Monday, October 27, 2014

Terrible hands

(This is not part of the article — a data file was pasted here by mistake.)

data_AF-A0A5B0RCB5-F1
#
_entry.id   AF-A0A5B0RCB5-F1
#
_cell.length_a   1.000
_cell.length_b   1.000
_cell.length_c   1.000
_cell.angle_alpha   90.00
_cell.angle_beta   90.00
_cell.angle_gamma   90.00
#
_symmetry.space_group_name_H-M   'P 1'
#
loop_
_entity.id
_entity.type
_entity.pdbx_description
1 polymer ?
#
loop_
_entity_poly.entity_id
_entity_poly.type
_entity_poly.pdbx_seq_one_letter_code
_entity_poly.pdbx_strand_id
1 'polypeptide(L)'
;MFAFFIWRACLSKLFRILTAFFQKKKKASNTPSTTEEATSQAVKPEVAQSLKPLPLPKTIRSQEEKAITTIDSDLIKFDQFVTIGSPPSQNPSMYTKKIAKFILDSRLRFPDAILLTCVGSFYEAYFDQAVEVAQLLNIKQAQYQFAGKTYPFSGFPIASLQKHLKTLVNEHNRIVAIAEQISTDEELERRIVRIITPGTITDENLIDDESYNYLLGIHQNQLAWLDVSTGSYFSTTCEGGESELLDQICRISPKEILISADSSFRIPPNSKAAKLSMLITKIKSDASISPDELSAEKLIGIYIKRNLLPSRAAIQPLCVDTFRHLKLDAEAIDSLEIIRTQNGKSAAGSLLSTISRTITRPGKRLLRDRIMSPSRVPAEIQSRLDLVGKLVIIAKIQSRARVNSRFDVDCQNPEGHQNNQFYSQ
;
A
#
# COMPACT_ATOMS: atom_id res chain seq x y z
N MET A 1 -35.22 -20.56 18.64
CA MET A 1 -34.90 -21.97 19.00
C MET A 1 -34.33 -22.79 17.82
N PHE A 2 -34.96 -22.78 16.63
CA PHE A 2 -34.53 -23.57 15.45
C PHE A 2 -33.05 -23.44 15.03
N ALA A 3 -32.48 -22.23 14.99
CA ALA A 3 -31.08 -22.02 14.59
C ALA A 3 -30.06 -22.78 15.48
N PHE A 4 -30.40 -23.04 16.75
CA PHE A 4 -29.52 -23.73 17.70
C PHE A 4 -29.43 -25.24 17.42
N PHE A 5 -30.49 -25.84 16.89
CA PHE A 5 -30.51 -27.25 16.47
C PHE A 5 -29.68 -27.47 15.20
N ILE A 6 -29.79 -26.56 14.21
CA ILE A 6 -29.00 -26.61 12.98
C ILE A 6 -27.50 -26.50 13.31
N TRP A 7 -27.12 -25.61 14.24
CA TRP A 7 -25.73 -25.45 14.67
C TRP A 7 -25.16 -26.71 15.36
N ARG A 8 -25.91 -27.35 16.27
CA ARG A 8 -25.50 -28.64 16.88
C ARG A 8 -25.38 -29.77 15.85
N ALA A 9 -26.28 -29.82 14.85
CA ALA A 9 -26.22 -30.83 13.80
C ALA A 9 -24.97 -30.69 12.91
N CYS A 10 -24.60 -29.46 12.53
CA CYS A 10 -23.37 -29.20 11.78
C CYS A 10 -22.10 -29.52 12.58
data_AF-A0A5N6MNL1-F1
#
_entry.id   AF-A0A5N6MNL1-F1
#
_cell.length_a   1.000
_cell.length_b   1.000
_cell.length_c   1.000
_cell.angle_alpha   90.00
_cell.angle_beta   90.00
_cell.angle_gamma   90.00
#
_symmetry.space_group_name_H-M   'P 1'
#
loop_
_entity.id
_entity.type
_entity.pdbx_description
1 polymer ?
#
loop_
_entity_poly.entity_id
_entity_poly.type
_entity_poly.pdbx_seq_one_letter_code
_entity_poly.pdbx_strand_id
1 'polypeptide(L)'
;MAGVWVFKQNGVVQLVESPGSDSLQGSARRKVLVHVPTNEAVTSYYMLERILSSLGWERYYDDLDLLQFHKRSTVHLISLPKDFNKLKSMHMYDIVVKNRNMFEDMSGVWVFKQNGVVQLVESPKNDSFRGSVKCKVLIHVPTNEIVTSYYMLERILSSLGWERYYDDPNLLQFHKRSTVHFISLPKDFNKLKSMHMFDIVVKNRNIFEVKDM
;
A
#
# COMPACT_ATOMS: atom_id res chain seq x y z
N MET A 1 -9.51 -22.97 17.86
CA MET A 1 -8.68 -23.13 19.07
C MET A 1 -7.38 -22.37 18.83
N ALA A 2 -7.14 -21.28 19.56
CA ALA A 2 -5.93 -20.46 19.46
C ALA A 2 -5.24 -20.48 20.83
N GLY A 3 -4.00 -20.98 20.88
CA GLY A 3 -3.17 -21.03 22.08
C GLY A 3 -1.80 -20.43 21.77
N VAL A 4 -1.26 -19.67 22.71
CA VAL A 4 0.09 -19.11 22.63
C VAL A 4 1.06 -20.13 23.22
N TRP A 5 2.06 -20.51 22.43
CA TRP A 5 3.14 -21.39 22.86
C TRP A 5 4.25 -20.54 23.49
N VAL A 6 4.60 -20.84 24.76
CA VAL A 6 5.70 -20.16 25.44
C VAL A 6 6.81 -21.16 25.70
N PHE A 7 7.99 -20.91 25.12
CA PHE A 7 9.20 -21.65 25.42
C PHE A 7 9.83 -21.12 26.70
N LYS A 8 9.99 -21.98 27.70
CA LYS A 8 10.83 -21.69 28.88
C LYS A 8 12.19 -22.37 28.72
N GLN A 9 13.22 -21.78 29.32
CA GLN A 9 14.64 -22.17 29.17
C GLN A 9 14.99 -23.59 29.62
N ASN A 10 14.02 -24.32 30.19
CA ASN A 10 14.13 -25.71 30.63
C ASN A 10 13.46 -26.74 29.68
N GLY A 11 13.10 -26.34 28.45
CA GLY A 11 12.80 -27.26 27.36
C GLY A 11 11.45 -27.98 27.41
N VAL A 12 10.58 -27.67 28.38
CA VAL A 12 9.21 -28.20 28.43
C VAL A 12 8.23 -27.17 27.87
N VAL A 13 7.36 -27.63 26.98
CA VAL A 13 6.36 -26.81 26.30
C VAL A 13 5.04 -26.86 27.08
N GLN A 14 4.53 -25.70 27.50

In 1965, paleontologists excavating a 70-million-year-old sandstone formation in the Gobi desert found the arms of a new species of dinosaur. Beause they each measured 8' (2.4 m) long and ended in 8" (20 cm) claws, they named the beast Deinocheirus mirificus (Greek for “terrible hand, which is unusual”). After 50 years, a team of paleontologists led by Yuong-Nam Lee of the Korea Institute of Geoscience & Mineral Resources has made discoveries that allow them to piece together this creature – and have found it to be as strange as its arms are long. Its broad and lengthy duck-like snout and cavernous lower jaw housed a huge tongue. Inside the gullet were more than 1,400 gizzard stones, which it had swallowed to grind up its food like a bird. It was the size of a tyrannosaur, but couldn't move quickly and had no teeth. The ligaments growing from the spine worked like the cables of a suspension bridge to support the animal's huge abdomen and legs. And fused bones at the end of the tail indicate that it supported feathers (RENDERINGS HERE). Paleontologist Stephen Brusatte of the University of Edinburgh observes, "This alien creature was a monstrous omnivore, a garbage-disposal type of dinosaur that fed on fish, small vertebrates, plants, and probably about anything it could get its hands on.” Its terrible hands...

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